Or could it be simply the beauty of such a descending bass line?

I met Daniel Abrams and his wife Sonia this past April in Utrecht, between the two week-long trips to Seville and Madrid. Lamenting that I had no time to attend his master classes at Utrecht Conservatory or attend his concert with his former student Alan Weiss, I invited them to dinner (cooked by our friends Emily and Paulus) after a day of rehearsals. At parting, Daniel gave me his “Opera for Piano” CD.

Below is a first take of the first few pages of his 11 variations in “Chaconne on Dido’s Lament.” I will have to visit that restored 1880 Bechstein grand piano in Warmond again, when I’ve figured out the page turns.

From Utrecht to Purmerend to Amsterdam with sunflowers

I daresay it’s more beautiful than the real thing, … an interpretation of our gift. I suppose it’s analogous to a musician’s interpretation of the work of a composer; or a composer’s interpretation of reality? The Dutch like to give flowers at the end of concerts.

Writing, like performing, requires momentum. I’ve been so out of practice lately, with an ever-growing backlog of topics to write about, that it’s easier to watch the list grow rather than sit down to type a new blog.

The backlog includes our recent concert of 21st century music for piano guitar in which three of the composers were present. The anticipation of performing two pieces for the first time in front of two of the composers made it an intense experience (for me). This truly deserves a blog or two with extracts from the live recording.

To get back into the swing of writing, I will write what is most pressing to share — the talent of an undiscovered artist.

About 20 minutes ago I received an email from our friend Rob van Veggel (pronounced Veh-hel), a blonde-haired blue-eyed Dutch anthropologist who loves to draw, paint, sculpt, garden, cook, and travel. He attached a photo of a new painting (below) and wrote only, “Hi Anne & Robert, thx again.” The sunflowers are none other than the bouquet of 10 we bought in Amsterdam for the sumptuous dinner he cooked on the evening of Friday 24th July. [Click to get the bigger view.]

Sunflowers in Amsterdam by Rob van Veggel, 25 July 2009
Sunflowers in Amsterdam by Rob van Veggel, 25 July 2009

The bright sunflowers stood out from orange roses and other contenders for my choice of a gift that Friday at sunset. At first I picked five and then got persuaded by the flower seller to double it, as had the previous customer. The bundle was long and heavy to carry, and I was not entirely sure if our friends had a vase big enough to fit.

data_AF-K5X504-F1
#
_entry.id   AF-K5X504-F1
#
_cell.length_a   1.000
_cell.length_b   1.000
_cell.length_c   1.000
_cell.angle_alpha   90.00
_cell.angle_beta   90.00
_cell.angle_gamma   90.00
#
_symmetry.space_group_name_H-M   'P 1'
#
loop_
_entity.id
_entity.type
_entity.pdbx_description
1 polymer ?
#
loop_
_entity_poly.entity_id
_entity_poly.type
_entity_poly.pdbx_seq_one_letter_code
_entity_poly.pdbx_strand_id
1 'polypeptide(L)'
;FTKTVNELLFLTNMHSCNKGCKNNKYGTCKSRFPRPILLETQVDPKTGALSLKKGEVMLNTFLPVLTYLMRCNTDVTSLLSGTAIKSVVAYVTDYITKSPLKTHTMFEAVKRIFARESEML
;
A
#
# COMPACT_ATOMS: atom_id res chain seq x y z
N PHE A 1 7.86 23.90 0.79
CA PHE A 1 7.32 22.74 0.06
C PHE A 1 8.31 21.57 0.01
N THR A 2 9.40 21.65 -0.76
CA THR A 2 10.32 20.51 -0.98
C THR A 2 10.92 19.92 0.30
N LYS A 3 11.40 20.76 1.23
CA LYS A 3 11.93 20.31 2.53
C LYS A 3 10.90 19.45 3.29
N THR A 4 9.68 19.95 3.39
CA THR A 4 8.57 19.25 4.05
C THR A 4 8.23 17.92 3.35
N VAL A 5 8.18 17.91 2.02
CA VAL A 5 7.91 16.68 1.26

Rob knew exactly what to do with them — cut the stems diagonally and put them in warm water (40 degrees Celsius) in a clay pot. The result was a scene out of Van Gogh’s palette, begging to be captured on canvas.

And what a surprise to see the painting —- so soon! I daresay it’s more beautiful than the real thing, … an interpretation of our gift. I suppose it’s analogous to a musician’s interpretation of the work of a composer; or a composer’s interpretation of reality?

The flower stand sat on a busy street near Muziekbeurs, a second-hand sheet music store that’s been around for 50 years. We went there after our afternoon concert in Purmerend (east of Alkmaar but north of Amsterdam) to treat ourselves to music for piano and guitar (Carulli’s concerto), piano and bassoon, piano and French horn, and other indulgences. When the grey-haired owner tallied up the bill 20 minutes after closing time, I was shocked to learn that it was nearly what we earned from our concert!

The Dutch typically give flowers at the end of concerts. That Friday, however, we received two bottles of red wine instead of the usual bouquets. We had driven 50 minutes from Utrecht to get to the village of Purmerend earlier that afternoon. On the way, we saw a road sign for Ilpendam, which brought back fond memories of getting introduced to Dutch pastimes.

Now I wonder if we should drop by Rob and Allan’s place each time we receive a bouquet? Then I won’t have to go through the ritual of putting them in water and watching them wilt by the end of the week. Hint: if Rob reads this, perhaps he would consider giving me the painting of those gorgeous sunflowers.

Warming up with new piano solos before a concert in Amsterdam

Here was a case of great instrument, great acoustics, but not the right circumstances to do a professional recording. While waiting for his chair, the guitarist recorded me playing some of my favourite “new” piano solos. I say “new” because I had only heard them two summers ago, in Italy, and became so smitten that I had to request for their sheet music from the young composers Chris Williams and Tom Peterson.